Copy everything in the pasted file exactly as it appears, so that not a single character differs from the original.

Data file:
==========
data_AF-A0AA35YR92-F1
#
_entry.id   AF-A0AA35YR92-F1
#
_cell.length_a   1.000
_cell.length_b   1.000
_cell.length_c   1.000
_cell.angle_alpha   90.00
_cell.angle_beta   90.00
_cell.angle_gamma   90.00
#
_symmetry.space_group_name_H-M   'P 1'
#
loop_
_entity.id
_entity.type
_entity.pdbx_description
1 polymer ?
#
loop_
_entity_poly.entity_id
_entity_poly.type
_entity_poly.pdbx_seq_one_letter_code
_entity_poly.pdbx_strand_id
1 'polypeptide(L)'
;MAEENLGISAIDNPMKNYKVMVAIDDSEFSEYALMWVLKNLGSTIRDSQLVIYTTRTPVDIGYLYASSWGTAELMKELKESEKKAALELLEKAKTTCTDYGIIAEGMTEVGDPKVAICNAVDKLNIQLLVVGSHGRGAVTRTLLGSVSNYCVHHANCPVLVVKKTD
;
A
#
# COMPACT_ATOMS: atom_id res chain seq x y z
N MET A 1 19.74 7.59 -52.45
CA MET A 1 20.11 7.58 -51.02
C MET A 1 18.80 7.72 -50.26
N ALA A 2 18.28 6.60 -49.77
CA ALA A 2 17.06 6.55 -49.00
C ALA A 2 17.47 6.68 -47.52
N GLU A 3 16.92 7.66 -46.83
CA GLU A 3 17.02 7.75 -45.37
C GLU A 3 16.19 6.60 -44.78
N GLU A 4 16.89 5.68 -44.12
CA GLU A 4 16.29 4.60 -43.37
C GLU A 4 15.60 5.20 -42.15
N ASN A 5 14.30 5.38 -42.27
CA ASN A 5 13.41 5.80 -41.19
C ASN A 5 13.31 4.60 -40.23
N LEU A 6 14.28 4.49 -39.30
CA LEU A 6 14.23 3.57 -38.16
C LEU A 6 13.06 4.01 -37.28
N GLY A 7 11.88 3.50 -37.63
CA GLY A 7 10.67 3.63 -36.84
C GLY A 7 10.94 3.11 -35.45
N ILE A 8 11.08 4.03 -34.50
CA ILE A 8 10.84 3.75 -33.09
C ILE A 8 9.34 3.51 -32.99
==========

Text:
data_AF-A0AA35YR92-F1
#
_entry.id   AF-A0AA35YR92-F1
#
_cell.length_a   1.000
_cell.length_b   1.000
_cell.length_c   1.000
_cell.angle_alpha   90.00
_cell.angle_beta   90.00
_cell.angle_gamma   90.00
#
_symmetry.space_group_name_H-M   'P 1'
#
loop_
_entity.id
_entity.type
_entity.pdbx_description
1 polymer ?
#
loop_
_entity_poly.entity_id
_entity_poly.type
_entity_poly.pdbx_seq_one_letter_code
_entity_poly.pdbx_strand_id
1 'polypeptide(L)'
;MAEENLGISAIDNPMKNYKVMVAIDDSEFSEYALMWVLKNLGSTIRDSQLVIYTTRTPVDIGYLYASSWGTAELMKELKESEKKAALELLEKAKTTCTDYGIIAEGMTEVGDPKVAICNAVDKLNIQLLVVGSHGRGAVTRTLLGSVSNYCVHHANCPVLVVKKTD
;
A
#
# COMPACT_ATOMS: atom_id res chain seq x y z
N MET A 1 19.74 7.59 -52.45
CA MET A 1 20.11 7.58 -51.02
C MET A 1 18.80 7.72 -50.26
N ALA A 2 18.28 6.60 -49.77
CA ALA A 2 17.06 6.55 -49.00
C ALA A 2 17.47 6.68 -47.52
N GLU A 3 16.92 7.66 -46.83
CA GLU A 3 17.02 7.75 -45.37
C GLU A 3 16.19 6.60 -44.78
N GLU A 4 16.89 5.68 -44.12
CA GLU A 4 16.29 4.60 -43.37
C GLU A 4 15.60 5.20 -42.15
N ASN A 5 14.30 5.38 -42.27
CA ASN A 5 13.41 5.80 -41.19
C ASN A 5 13.31 4.60 -40.23
N LEU A 6 14.28 4.49 -39.30
CA LEU A 6 14.23 3.57 -38.16
C LEU A 6 13.06 4.01 -37.28
N GLY A 7 11.88 3.50 -37.63
CA GLY A 7 10.67 3.63 -36.84
C GLY A 7 10.94 3.11 -35.45
N ILE A 8 11.08 4.03 -34.50
CA ILE A 8 10.84 3.75 -33.09
C ILE A 8 9.34 3.51 -32.99